In Greek culture it is common belief that New Year is an incredibly auspicious time, so families often partake in traditions that beckon good fortune, health and prosperity for the year to come.
The cutting of the Vasilopita (New Year cake) is one such tradition and every January we all get together to cut the cake – Yiayia will have hidden a gold coin in the sponge before baking.
We carefully mark out symbolic slices for the church, the house and the poor and then one for each family member in order of age. The person that receives the slice of cake with the gold coin inside is said to receive extra good luck all year round!
The kids are so eager to find the coin that Yiayia’s beautifully prepared cake soon ends up as a pile of crumbs on their plate. The adults are no more restrained as we all burrow away at our own slices faster than you can say Opa!
Preparation Time 25 minutes
Cooking Time 40-45 minutes
5 medium eggs, separated
1 tbsp cold water
210g butter, soft at room temperature
210g granulated sugar
100ml olive oil
730g self-raising flour, sifted
1½ tsp baking powder
300ml freshly squeezed orange juice (Vasso also includes mandarin/satsuma juice if she has any of these fruit spare at home)
1½ tsp bicarbonate of soda
½ tsp vanilla essence
2 tbsp orange zest (and mandarin/satsuma if you have any spare)
Icing sugar, sifted and pomegranate seeds (to decorate)
Preheat the oven to 180 C.
Ensure your mixing bowl and whisk attachments are extremely clean and totally dry. Whisk the egg whites and tbsp of water until they are beaten into thick & glossy meringues. Vasso carefully turns the bowl upside down – your meringues are ready if the mix doesn’t fall out of the bowl and onto the floor!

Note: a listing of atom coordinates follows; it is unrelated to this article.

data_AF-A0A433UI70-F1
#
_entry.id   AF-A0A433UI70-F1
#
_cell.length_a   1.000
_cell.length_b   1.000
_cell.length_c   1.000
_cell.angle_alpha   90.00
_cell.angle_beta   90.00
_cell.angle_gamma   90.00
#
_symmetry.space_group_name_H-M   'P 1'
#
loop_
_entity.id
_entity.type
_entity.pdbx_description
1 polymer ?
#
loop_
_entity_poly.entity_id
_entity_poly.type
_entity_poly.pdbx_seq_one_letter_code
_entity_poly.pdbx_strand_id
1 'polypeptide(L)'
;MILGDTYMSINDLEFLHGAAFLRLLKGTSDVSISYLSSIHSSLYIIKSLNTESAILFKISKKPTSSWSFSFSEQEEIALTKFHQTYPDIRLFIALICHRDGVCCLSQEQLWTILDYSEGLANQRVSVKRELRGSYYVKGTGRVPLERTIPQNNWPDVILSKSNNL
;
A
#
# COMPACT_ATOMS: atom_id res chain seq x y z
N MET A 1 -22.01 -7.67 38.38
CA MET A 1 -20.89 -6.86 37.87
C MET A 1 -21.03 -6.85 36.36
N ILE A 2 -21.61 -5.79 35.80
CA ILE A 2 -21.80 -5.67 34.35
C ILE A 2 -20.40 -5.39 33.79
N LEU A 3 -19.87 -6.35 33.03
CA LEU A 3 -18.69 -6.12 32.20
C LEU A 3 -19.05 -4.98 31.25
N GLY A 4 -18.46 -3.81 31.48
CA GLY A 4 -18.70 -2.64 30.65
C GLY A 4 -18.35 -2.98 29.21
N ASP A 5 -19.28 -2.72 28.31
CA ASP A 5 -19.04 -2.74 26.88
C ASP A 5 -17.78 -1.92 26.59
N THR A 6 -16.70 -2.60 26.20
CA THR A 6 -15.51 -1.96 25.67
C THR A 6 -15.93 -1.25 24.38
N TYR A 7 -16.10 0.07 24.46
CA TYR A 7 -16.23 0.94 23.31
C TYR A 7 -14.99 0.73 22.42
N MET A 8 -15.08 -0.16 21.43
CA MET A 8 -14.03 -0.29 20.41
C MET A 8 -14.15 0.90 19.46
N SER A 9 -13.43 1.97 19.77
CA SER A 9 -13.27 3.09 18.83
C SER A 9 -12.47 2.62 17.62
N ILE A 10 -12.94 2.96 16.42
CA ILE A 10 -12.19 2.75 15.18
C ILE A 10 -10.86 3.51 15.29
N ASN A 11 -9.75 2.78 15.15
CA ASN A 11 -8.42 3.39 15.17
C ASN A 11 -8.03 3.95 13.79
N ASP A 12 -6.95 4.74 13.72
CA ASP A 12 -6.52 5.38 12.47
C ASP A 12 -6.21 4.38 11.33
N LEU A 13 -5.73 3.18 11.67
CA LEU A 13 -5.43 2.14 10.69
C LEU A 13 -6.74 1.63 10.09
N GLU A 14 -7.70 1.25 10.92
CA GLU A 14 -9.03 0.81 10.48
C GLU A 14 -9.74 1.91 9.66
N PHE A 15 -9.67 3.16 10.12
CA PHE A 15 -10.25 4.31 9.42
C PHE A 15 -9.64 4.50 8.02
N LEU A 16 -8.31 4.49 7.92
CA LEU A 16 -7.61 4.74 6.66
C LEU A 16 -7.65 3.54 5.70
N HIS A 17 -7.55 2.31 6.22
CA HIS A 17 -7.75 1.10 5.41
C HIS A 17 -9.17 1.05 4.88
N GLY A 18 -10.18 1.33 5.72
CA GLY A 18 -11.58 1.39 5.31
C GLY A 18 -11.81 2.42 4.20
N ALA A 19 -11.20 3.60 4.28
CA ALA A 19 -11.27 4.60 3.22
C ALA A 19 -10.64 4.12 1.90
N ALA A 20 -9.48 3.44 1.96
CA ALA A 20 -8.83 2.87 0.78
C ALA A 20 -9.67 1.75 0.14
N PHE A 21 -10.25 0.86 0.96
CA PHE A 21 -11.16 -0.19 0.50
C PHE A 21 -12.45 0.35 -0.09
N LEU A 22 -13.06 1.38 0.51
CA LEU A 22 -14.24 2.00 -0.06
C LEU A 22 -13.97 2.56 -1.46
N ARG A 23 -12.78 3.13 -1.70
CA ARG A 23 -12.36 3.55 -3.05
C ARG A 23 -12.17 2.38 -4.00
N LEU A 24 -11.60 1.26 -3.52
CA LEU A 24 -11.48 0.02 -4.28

If you are using one mixing bowl, put the meringues into another bowl and place to one side.
Add the butter, sugar and olive oil into your mixing bowl and using a food mixer (or hand mixer) mix extremely well until the mixture is creamy and fluffy and the sugar has dissolved.
Add the egg yolks one at a time, mixing well each time you add a yolk.
Put the self-raising flour (sifted) and baking powder into a bowl.
Add a little orange juice and bicarbonate of soda to a cup and stir with a spoon.
Add the cup contents, orange juice, vanilla essence, orange zest and two heaped tbsp of flour (and baking powder) to the butter mix. Mix for a short while with the food mixer.
Remove the bowl from the mixer and using a large wooden spoon add a heaped spoon of the meringue and also a heaped spoon of flour. Blend using the wooden spoon in circular movements from the bottom up.
Add another heaped spoon of meringue and heaped spoon of flour and combine with the wooden spoon, again in circular movements. Repeat until all the meringues and flour have been combined.
Grease a baking tin which is approx 30cm in diameter. If you don’t have a baking tin you can use a round baking tray lined with baking paper. Grease the base and sides.
Drop your gold coin (or any coin or trinket will do) into the mixture, stir and then pour into your baking tin.
If you like, bless the Vasilopita by crossing it three times.
Place in the oven. Cook for 20 minutes at 180 C, then turn down to 160 C and cook for a further 20-25 minutes until nicely bronzed and cooked through.
Under no circumstances open the oven before 30 minutes or so as your cake will flop! You can check your Vasilopita is ready by sticking a skewer in the middle of the cake. If it comes out clean, it is ready. If it’s not quite done but the top has a nice golden colour, continue to cook in the oven lightly covered with some foil.
Remove the cake from the tin and allow to cool on a cooling rack to allow air to get beneath the cake.
Once cooled, place on your serving plate and cover the top with sifted icing sugar. Carve with a matchstick the number of year on top, or decorate with pomegranate seeds.
Yiayia’s tip: This is a large family cake! For a ‘standard’ size cake halve the ingredients (use three eggs) and cook initially at 180 C for 15 minutes and then at 160 C for a further 20-25 minutes.